- because they are an ‘ABC Director’ for one of the world’s most prestigious Plc’s/investment
banks/private equity houses/management consultancies/firms of accountants – delete as
appropriate. After all, what would they say to their friends if they moved to do something
less prestigious, or, heaven forbid, on a lower salary, even if it was more enjoyable?
It doesn’t fit with their self-image. There’s a sticker that you often see on the back of cars
(Land Rovers normally) that if I recall correctly reads ‘One life. Live it’. Good advice. Do what
makes you happy. There really isn’t much else that counts, especially not ego.

4)      Intransigence. Perhaps inflexible is a better word. If you’re ambitious you need goals
and if you have goals you need a plan. A career plan is a very good thing. I’ve seen people
achieve great things without a plan - but very rarely - and it always involves either unbelievable
luck or a level of brilliance that is simply in a different league to everyone else – both unlikely.
So Plan = Good. That well known 19th century Prussian Commander, Helmuth von Moltke
was credited with saying ‘No battle plan survives first contact with the enemy’. So Plan = Good.
The flexibility to change plan as need or opportunity arises = better.

Let’s say you had the goal to be a millionaire by the time you were 40 (ignore whether this is a
noble goal or not) and you had a plan about how you’d achieve it - how much you would save,
where it would be invested and so on. It’s a 20 year plan. After 10 years someone came along
and offered to give you the winning lottery ticket. Who wouldn’t take it and save themselves a
further 10 years of effort without guarantee of success? I’ll exaggerate now to prove a point
but the exaggeration is nowhere near as great as you might think.

Let’s imagine now that you wanted to be a CFO by the time you were 40 and you were offered the chance to be interviewed (we’ll assume good company, relevant opportunity etc) for a CFO role when you were 36 years old. Some people would jump at it. But a lot – and more than you would think - won’t because they have a plan and this wasn’t part of the plan. They walk away from the opportunity because “I have a good chance of making CFO where I am in under four years’ time, IF my boss retires a bit early when he’s 55 as he thinks he might, and IF Andy gets that move overseas that he’s looking for, that means Sarah will probably get promoted IF she passes the internal panel interviews and no-one externally who’s better comes along, and as long as that happens and IF the economy stays strong then I should get my chance at promotion to CFO IF I too pass the internal panel interviews, which should be in the next three or four years, all being well”. That probably made you laugh. A version of that happens all the time.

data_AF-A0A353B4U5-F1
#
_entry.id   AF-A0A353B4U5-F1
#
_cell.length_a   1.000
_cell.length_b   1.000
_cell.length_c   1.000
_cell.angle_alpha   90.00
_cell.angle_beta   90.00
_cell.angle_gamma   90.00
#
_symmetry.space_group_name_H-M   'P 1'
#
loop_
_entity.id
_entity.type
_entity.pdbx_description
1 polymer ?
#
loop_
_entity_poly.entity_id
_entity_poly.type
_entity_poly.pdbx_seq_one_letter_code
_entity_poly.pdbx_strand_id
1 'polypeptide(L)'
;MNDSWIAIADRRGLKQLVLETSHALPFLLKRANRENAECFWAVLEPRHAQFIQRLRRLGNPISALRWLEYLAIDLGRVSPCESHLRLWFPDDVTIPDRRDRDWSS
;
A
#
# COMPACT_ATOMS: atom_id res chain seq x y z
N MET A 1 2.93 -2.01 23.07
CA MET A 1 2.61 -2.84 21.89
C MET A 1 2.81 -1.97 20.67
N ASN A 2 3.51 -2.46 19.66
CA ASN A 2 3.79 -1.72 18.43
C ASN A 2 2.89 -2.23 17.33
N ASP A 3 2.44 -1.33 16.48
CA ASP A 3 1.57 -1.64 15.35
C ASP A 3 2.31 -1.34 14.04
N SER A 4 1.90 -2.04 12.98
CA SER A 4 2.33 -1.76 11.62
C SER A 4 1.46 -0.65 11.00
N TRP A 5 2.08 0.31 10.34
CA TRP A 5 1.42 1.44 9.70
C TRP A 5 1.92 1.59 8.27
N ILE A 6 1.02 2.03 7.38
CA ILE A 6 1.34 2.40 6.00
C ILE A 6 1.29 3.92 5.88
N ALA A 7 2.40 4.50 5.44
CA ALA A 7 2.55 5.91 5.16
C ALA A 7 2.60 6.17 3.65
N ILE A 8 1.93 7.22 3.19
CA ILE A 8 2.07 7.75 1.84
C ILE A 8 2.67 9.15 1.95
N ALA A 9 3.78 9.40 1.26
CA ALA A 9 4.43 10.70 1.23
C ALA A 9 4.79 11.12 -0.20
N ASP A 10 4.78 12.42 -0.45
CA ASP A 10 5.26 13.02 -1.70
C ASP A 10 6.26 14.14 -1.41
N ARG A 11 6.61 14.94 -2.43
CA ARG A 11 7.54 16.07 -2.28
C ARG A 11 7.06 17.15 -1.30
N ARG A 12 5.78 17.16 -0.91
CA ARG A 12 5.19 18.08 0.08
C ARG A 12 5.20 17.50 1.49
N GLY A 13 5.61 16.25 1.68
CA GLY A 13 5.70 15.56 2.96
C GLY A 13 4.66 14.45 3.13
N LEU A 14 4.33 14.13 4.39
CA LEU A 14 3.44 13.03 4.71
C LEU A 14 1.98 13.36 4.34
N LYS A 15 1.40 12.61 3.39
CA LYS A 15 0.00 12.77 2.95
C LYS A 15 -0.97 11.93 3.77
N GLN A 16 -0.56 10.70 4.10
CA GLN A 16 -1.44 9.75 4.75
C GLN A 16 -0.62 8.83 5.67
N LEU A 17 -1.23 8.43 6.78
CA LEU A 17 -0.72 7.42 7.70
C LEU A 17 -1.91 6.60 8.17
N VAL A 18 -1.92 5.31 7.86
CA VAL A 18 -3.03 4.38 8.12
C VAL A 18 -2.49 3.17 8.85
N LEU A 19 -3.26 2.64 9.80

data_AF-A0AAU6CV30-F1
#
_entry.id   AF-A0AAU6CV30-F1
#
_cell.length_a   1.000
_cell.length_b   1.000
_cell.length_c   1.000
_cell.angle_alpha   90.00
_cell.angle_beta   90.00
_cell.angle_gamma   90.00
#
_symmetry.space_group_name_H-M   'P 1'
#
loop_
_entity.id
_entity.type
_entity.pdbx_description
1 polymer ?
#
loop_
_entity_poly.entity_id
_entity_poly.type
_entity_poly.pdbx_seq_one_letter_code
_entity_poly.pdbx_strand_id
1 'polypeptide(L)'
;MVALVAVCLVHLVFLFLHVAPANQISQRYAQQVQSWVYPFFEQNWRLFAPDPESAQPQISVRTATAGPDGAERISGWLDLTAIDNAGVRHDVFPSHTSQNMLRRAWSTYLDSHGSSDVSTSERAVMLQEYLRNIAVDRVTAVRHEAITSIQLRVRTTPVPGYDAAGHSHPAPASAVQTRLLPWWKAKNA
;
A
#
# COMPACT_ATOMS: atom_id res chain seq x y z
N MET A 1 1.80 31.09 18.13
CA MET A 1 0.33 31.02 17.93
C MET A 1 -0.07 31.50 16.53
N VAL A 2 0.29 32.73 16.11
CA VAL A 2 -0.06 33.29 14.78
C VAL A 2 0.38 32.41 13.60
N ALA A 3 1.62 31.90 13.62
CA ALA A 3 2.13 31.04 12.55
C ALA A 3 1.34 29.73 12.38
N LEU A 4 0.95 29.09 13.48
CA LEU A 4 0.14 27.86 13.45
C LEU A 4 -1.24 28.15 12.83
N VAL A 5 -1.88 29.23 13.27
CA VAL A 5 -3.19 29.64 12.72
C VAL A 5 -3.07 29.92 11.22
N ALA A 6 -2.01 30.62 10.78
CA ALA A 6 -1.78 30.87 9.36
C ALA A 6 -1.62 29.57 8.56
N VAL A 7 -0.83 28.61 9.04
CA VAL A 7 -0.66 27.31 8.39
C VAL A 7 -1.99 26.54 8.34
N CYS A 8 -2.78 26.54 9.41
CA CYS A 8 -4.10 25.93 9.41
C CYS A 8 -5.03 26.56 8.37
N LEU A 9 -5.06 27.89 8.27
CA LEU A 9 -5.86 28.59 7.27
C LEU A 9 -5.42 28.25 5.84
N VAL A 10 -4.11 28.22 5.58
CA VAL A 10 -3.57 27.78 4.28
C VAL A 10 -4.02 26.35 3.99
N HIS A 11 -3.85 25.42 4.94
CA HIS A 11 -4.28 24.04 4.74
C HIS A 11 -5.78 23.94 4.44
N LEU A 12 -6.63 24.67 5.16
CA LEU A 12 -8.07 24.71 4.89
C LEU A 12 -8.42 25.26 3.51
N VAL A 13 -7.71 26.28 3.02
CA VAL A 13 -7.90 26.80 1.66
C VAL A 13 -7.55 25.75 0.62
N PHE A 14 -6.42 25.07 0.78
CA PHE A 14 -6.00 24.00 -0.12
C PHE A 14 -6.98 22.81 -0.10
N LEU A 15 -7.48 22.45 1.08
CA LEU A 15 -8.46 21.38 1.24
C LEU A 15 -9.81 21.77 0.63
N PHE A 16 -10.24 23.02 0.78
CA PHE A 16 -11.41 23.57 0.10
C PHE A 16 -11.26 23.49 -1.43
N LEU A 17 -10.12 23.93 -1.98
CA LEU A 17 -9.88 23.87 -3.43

Life is a race. Some win, some don’t. ‘That’s life’ as the saying goes. A career is a race. Some win, some don’t, some don’t even bother entering. It’s a surprisingly short race. For most people after 40 years it’s over - and of that 40 most of the climb is completed in the first 20. And of that 20 a surprisingly large amount of ground has to be covered in the first 10. So if you’re in a race, try and ride the best horse. We can’t all ride the favourite, sometimes because we’re not good enough to ride it (a fact, not a criticism) and sometimes because we don’t like the favourite. But if you can’t or don’t want to be aboard the favourite make sure you’re sat on one of the front-runners. You might like the 100-1 horse but 99 times out of 100 you will lose. The favourite doesn’t always win, but there’s a lot more at stake than a £10 bet; there’s your career and a large part of your life - at least bet with a good chance of winning.

A final thought. There are no guarantees. Odds on favourites lose. Things out of your control can get in the way. Play the odds and opportunities as they arise. A lifelong friend of mine from my school days (now an FD) at the age of 48 achieved what he had always wanted; he did a MBO – 3 months before the pandemic struck. His business is in a sector that will struggle. Hindsight now shows us he may have been better not doing that MBO. But that was his Life Changing Career Move moment and he knew it and jumped at it. My heart goes out to him. It wasn’t his fault. That’s (rather crappy) life. Thankfully he’s immensely talented and level headed; his plans have changed, his company’s plans have changed and he and his business will probably find a way through. I hope so. Back to that car bumper sticker. One life. Live it.

Sharp Consultancy specialises in the recruitment of temporary, interim and permanent finance professionals.  With offices in Leeds and Sheffield our highly experienced team of consultants recruit for positions throughout Yorkshire and beyond CONTACT US today to discuss your recruitment needs with a member of our team.